Genesis Soto, a senior at Murrell Dobbins Career and Technical Education High School, believes that every student has a right to a quality education. Her own educational experiences have shown her that this isn’t always the case. Income and zip code do have an effect on education. Genesis is committed to making a change and wants to earn a college degree to empower herself, her younger siblings and her community.
Before she arrives to Dobbins each morning, Genesis is responsible for helping her four younger siblings get ready for the day, which includes making sure their homework is completed before dropping them off at school. Genesis explains there isn’t anyone at home pushing them to reach their full potential so she has taken on that role. “I always tell them that education will get you far in life,” she says. “Once you learn something, it can’t be taken away.”
At Dobbins, Genesis thrives. She is the only student in her class to maintain honor roll status for four consecutive years. Not only is she a part of the National Honor Society, she also leads the organization as its president. During graduation, Genesis will give the commencement speech as the class valedictorian.
Genesis’ drive and motivation extend beyond the classroom and into her community. She has organized fundraisers for the school’s basketball teams, participated in community service activities through her church and National Honor Society and is an active member of College Possible Philadelphia. An avid reader, Genesis organized a Philly Reading Coaches chapter at Dobbins, a program that pairs trained volunteers with young students to help build reading skills and motivation. Genesis even took initiative to compile the entirety of the school’s yearbook when the printing press fell through on short notice. On top of all of this, she also maintains a job in the food-service industry.
While Genesis’ ambition helped her succeed, she knew that, as the first in her family to attend college, she needed extra guidance during the application process. So when she learned about College Possible Philadelphia during her sophomore year, she knew she needed to sign up for the program. She credits her senior coach Tyler with providing the support needed to navigate the ups and downs of the college process. “Tyler has been key to me getting into college,” Genesis says. “He showed me how much he cares and made me want to push myself.”
For Tyler, the respect is mutual. “Genesis is remarkable,” he says. “She understands that she has not been given the same resources as other youth in Philadelphia, but she persists and demands success not only for herself, but also for her siblings, her peers and her community.”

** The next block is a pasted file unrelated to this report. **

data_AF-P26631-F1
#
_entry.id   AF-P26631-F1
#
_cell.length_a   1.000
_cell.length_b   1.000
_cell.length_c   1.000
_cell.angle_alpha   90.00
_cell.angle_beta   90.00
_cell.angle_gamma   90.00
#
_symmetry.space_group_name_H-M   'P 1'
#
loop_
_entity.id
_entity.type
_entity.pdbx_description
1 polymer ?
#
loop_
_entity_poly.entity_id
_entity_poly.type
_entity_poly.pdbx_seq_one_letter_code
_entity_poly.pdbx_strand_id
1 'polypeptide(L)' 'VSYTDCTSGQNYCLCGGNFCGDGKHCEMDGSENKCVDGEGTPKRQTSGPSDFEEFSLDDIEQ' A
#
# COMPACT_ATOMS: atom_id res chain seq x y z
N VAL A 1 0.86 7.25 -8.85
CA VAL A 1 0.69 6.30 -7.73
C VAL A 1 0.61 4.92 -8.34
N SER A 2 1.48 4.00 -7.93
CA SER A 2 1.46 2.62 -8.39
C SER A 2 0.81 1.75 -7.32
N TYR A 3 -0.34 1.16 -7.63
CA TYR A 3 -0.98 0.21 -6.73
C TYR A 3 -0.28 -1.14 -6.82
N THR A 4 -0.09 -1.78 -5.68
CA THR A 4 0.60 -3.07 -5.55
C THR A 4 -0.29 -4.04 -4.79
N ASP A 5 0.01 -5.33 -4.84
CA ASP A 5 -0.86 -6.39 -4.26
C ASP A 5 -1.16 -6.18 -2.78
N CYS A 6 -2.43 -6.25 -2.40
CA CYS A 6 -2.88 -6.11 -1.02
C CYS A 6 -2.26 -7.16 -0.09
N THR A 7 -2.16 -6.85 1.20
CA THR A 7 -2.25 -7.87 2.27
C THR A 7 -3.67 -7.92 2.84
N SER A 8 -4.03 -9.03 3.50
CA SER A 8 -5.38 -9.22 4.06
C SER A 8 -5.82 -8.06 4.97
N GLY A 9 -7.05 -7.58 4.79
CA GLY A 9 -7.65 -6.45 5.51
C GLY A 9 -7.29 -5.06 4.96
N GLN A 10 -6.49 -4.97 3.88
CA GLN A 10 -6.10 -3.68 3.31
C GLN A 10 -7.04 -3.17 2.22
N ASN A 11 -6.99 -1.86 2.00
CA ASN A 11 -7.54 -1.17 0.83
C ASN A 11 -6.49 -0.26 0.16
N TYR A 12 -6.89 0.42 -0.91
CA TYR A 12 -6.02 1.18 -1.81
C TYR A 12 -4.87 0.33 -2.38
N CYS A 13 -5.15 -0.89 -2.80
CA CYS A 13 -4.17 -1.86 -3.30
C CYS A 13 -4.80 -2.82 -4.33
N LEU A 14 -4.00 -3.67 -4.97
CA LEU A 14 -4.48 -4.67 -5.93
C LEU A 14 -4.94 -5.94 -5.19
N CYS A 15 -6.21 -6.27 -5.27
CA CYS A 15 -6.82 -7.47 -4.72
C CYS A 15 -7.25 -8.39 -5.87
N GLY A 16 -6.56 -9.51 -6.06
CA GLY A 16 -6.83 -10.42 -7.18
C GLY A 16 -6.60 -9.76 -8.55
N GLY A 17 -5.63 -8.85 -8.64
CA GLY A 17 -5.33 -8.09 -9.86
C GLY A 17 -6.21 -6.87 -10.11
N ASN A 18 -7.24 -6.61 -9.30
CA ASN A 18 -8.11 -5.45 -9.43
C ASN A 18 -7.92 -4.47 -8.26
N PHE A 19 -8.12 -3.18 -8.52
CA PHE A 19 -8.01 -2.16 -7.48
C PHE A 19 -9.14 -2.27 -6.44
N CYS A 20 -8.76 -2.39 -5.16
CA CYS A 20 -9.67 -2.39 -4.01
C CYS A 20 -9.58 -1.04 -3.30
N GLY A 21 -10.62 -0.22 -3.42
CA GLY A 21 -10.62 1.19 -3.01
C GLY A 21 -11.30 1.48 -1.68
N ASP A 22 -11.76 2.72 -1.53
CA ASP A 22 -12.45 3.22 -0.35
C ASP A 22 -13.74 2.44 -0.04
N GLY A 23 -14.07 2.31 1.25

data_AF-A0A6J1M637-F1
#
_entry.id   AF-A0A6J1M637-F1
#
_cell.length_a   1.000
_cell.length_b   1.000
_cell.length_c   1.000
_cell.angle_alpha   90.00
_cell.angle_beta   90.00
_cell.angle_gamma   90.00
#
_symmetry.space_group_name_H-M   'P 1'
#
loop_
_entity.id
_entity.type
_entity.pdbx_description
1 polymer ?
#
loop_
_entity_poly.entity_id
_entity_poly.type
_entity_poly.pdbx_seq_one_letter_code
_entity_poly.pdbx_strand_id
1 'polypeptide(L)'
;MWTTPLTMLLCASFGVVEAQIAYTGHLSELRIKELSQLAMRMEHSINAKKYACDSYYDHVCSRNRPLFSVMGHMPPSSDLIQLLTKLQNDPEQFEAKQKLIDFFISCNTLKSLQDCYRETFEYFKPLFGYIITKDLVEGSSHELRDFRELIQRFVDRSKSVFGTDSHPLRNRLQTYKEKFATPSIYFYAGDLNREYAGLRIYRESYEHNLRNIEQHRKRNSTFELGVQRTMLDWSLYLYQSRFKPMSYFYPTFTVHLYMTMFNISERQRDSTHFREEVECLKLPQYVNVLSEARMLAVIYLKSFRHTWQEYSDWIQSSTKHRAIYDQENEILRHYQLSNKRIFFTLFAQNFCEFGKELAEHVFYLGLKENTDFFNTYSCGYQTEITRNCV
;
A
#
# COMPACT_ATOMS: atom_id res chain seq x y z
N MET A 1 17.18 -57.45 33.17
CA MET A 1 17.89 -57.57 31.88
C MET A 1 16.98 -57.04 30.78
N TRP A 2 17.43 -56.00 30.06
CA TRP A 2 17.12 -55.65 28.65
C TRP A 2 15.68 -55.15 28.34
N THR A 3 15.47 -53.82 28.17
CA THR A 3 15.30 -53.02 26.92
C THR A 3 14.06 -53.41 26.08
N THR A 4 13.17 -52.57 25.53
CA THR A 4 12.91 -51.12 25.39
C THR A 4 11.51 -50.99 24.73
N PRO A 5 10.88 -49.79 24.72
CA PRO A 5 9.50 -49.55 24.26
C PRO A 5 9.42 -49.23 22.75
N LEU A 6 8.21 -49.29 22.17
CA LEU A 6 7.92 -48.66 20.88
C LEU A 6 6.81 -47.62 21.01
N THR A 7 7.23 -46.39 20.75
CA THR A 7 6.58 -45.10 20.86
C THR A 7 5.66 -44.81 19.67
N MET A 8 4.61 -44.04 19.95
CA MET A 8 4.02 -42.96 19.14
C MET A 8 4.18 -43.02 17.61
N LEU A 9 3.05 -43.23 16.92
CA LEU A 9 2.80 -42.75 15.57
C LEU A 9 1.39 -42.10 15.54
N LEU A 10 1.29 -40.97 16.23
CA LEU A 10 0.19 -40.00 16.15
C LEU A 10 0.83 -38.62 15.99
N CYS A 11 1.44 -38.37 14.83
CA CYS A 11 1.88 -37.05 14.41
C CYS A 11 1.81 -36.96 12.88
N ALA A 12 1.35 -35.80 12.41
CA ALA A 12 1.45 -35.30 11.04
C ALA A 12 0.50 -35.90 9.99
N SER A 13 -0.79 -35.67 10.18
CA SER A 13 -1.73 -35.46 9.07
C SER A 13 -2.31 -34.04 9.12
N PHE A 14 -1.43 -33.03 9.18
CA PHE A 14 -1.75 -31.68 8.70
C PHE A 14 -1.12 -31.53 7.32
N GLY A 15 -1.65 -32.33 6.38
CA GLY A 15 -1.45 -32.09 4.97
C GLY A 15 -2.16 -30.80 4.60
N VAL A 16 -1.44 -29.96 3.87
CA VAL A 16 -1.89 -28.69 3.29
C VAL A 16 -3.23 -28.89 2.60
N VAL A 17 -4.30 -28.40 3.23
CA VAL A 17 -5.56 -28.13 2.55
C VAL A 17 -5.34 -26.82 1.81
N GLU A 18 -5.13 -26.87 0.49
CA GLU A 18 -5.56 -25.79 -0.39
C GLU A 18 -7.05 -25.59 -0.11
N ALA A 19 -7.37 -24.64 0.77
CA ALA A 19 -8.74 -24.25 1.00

In March 2019, Tyler nominated Genesis for The Jill Melmed-Buzzeo Award (JMB Award), which celebrates “girls with grit.” Recipients receive financial support, mentoring guidance, and attend intergenerational events and trainings. In May 2019, Genesis was selected to receive the 2019 JMB Award. Throughout the nomination process, she expressed how receiving the award would impact her future: “Not only would I get funding for school, I would also connect with another group of people who have the same drive and [who] want to motivate and inspire each other.” Gaining a female mentor was especially important to Genesis who said it would provide a new perspective and form of support [system] that she had never had before.
Reflecting on her educational journey, Genesis places great emphasis on the school she attended from kindergarten until the end of sixth grade, which she notes was in a mostly white neighborhood. “We were challenged every day,” she recounts. “That school really developed my work ethic and gave me a strong foundation for the future.”
When her family moved and she transferred schools, she immediately saw how income and area code affect the opportunities students receive in school. “When I transferred, I realized right away that the resources were different,” she remarks. Genesis says that she and her peers didn’t have access to the same sources of support she had been accustomed to, which was frustrating. “Even though I live in a poorer neighborhood, I should still get the same education as students in a wealthier neighborhood, especially if we are all in the same school district.”
The hardships and obstacles Genesis has overcome helped to shape her future plans at LaSalle University, where she will be attending as a freshman this fall. Genesis plans to major in accounting –stemming from her love of math.
After earning her degree, Genesis has plans to give back to the community. “I want to work in the School District of Philadelphia, or another school district, and help to balance budgets or bring internship [opportunities] to students at disadvantaged schools,” she says. “[Or] I might work in a community group that can bring opportunities and internships to schools with students who have lower-income levels and who don’t get the same quality of education. I would like to teach financial literacy to students in high school and help them navigate the things I didn’t know about and only know of because of College Possible. Money effects everyone’s life and so you should know how to manage your finances.”
Ambitious, motivated and driven, Genesis is intent on making a difference and becoming a leader. “I want to empower my community with my degree. I will be another voice for kids in the schools I attended and the neighborhoods that I grew up in. I’m fighting for them.”
Genesis had the opportunity to share some of her story during an interview with NBC10 Philadelphia.
By Ian Reitz